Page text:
JUN 18, 2020 10:37 AM PDT

Gilead to Trial COVID-19 Drug on Children

WRITTEN BY: Annie Lennon

Following the emergency use authorization given to Remdesivir on May 1, Gilead Sciences has announced that it will conduct a clinical trial of the drug on children. 

While older people are more likely to experience negative COVID-19 symptoms than children, an analysis of 1.3 million cases between January 22 and May 30 found that children aged nine and below have an incidence rate of 51 cases per 100,000 people. 

Although rare, children who contract the condition tend to develop multisystem inflammatory syndrome- a condition that inflames blood vessels throughout the body and may cause the failure of one or more organs. 

To help children at risk of this condition, Gilead plans to assess the drug's safety, tolerability, and efficacy in around 50 children suffering from moderate to severe COVID-19 symptoms. The company plans on including newborns and adolescents at over 30 sites between the US and Europe. Patient enrolment will begin soon, and the trial is expected to be finalized by the end of the year. 

The trial's success will be measured by the proportion of pediatric patients who will experience negative effects from the treatment and abnormalities as assessed by a lab. The researchers will also monitor plasma concentrations of Remdesivir and metabolites. 

"While the novel coronavirus appears to disproportionally affect adults, especially the elderly and those with underlying health conditions, concerning reports have been documented of children and young adults being hospitalised with Covid-19 and related autoimmune symptoms." says Merdad Parsey, the chief medical officer of Gilead Sciences.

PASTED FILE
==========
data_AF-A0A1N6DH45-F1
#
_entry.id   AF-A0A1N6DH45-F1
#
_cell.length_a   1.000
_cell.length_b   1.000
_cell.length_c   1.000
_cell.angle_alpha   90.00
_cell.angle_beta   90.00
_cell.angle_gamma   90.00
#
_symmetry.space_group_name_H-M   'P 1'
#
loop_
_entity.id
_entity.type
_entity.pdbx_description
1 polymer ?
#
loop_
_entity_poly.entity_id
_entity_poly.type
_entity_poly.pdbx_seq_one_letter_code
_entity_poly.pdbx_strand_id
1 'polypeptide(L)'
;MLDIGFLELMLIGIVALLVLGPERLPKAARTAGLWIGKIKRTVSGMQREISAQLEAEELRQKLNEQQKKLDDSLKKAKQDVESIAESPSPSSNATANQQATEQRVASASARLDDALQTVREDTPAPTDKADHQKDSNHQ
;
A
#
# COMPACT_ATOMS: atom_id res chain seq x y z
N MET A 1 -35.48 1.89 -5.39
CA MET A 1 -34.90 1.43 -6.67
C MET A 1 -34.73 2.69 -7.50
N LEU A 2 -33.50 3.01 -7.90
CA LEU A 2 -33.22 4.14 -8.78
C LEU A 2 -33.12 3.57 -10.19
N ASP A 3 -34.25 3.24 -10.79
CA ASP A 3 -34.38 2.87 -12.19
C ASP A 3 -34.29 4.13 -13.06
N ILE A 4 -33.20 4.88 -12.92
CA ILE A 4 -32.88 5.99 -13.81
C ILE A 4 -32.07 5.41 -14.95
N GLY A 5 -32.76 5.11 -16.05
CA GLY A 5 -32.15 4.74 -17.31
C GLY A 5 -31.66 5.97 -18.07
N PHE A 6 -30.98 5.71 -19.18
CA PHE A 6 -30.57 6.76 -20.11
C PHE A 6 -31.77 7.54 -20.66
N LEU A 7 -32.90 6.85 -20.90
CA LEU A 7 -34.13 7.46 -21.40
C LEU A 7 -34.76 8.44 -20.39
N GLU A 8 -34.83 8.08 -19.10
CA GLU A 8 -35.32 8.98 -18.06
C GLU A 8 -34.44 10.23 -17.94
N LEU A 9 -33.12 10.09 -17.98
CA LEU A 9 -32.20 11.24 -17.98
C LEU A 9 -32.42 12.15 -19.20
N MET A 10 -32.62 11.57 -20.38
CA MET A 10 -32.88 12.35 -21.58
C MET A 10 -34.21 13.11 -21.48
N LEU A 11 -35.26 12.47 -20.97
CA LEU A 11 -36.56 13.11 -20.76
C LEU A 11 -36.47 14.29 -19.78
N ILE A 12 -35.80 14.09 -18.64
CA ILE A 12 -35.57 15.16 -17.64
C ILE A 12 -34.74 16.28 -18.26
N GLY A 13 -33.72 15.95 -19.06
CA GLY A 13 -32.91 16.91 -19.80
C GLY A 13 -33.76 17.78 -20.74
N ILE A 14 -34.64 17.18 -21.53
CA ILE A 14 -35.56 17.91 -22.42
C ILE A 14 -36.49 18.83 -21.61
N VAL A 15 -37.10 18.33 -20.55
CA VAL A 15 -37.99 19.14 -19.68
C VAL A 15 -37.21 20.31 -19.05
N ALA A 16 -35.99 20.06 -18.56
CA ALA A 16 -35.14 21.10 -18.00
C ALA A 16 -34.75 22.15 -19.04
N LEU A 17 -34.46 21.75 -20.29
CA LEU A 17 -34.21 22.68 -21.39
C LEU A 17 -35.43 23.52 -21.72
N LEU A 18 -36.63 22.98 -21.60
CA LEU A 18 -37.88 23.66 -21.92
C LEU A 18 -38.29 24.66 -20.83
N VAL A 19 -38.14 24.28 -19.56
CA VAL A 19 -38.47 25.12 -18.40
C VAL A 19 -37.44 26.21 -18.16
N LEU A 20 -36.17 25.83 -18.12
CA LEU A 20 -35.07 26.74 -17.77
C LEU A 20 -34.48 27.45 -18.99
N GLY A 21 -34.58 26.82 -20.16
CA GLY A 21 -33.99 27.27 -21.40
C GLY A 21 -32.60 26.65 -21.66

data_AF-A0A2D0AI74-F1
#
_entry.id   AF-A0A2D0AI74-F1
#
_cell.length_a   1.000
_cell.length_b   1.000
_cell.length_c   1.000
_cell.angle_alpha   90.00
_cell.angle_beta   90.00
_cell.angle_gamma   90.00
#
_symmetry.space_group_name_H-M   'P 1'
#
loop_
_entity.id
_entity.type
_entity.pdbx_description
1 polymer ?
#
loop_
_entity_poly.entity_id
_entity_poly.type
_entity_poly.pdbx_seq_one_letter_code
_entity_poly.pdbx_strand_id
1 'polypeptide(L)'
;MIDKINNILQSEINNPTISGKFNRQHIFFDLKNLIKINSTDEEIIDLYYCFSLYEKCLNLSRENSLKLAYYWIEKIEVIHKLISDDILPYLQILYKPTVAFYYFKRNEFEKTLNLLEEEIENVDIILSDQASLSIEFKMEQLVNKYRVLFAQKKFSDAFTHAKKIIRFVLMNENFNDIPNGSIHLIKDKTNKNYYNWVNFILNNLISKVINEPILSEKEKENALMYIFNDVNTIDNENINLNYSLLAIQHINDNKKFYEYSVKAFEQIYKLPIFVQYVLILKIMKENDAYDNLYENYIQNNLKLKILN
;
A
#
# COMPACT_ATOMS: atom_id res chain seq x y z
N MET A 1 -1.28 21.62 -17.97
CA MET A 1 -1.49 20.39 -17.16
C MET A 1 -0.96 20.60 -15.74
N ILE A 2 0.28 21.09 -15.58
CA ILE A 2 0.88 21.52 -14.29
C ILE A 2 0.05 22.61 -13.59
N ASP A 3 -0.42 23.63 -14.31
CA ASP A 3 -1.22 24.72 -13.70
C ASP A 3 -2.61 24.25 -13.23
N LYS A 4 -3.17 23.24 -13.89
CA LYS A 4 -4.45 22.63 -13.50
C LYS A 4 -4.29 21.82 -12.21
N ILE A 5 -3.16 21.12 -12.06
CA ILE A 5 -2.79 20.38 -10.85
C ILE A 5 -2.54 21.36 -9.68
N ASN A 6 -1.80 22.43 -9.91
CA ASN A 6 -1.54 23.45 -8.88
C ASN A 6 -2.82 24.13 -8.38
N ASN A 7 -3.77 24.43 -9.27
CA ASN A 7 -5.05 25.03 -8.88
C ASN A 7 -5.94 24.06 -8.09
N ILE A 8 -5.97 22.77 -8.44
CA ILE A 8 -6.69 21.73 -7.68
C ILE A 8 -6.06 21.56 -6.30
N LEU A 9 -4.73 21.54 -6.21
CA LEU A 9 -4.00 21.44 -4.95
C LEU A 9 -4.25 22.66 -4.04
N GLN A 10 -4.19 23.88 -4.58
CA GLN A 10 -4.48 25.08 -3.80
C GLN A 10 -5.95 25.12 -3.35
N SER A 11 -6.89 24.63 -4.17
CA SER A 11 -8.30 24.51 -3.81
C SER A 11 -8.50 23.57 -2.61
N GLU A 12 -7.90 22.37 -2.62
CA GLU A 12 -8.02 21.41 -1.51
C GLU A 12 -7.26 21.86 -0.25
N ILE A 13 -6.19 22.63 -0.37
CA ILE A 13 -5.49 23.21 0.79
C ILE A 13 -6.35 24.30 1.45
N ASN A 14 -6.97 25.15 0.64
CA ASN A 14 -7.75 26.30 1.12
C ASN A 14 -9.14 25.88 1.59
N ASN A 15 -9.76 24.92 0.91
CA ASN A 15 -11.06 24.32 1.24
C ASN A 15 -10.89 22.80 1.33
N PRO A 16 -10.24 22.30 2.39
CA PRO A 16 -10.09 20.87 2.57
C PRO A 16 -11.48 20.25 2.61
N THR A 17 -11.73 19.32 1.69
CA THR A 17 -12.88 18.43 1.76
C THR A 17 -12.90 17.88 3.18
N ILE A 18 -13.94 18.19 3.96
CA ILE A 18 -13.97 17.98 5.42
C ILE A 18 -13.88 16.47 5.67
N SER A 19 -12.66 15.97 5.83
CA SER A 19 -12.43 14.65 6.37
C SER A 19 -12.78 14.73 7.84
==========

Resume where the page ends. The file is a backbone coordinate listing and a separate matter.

Remdesevir has been used to treat pediatric patients suffering from severe COVID-19 symptoms since February under the company's compassionate use program. 

Granted emergency use authorization by the FDA last month, the drug is currently the only drug that has approval for usage against COVID-19. This comes after the FDA withdrew its authorization for antimalarial drugs Chloroquine and Hyrdoxychloroquine following recent studies demonstrating their ineffectiveness in treating COVID-19.

 

Sources: Clinical Trials Arena, Market Watch

 

About the Author
  • Science writer with keen interests in technology and behavioral biology. Her current focus is on the interplay between these fields to create meaningful interactions, applications and environments.
You May Also Like
DEC 09, 2020
Drug Discovery & Development
Natural Sugar Alternative Stevia May Cause Gut Bacteria Imbalance
DEC 09, 2020
Natural Sugar Alternative Stevia May Cause Gut Bacteria Imbalance
Governments are keen to create regulations to reduce sugar intake. As such, companies are increasing their usage of arti ...
DEC 15, 2020
Cannabis Sciences
Could Cannabis Help in the Opioid Crisis?
DEC 15, 2020
Could Cannabis Help in the Opioid Crisis?
While cannabis is increasingly available for medicinal use, doctors largely remain unable to prescribe it to their patie ...
DEC 28, 2020
Immunology
Inhaling a Puff of Llama Antibodies to Relieve COVID
DEC 28, 2020
Inhaling a Puff of Llama Antibodies to Relieve COVID
Scientists at the National Institutes of Health have identified new antibody-based weapons in the fight against COVID-19 ...
JAN 24, 2021
Cannabis Sciences
Cannabis Compound CBD Shows Promise as Antibiotic
JAN 24, 2021
Cannabis Compound CBD Shows Promise as Antibiotic
Researchers from the University of Queensland, in collaboration with Botanix Pharmaceuticals Limited, have found that ca ...
JAN 26, 2021
Drug Discovery & Development
Gut Microbiota Reveals Drug Activity
JAN 26, 2021
Gut Microbiota Reveals Drug Activity
Inflammatory bowel diseases cannot be entirely cured but instead, the symptoms are treated with anti-inflammat ...
FEB 22, 2021
Drug Discovery & Development
Screening Macrocyclic Peptides
FEB 22, 2021
Screening Macrocyclic Peptides
Macrocyclic peptides are promising for pharmaceuticals for cancer—however, screening for them is challenging. Find ...
Loading Comments...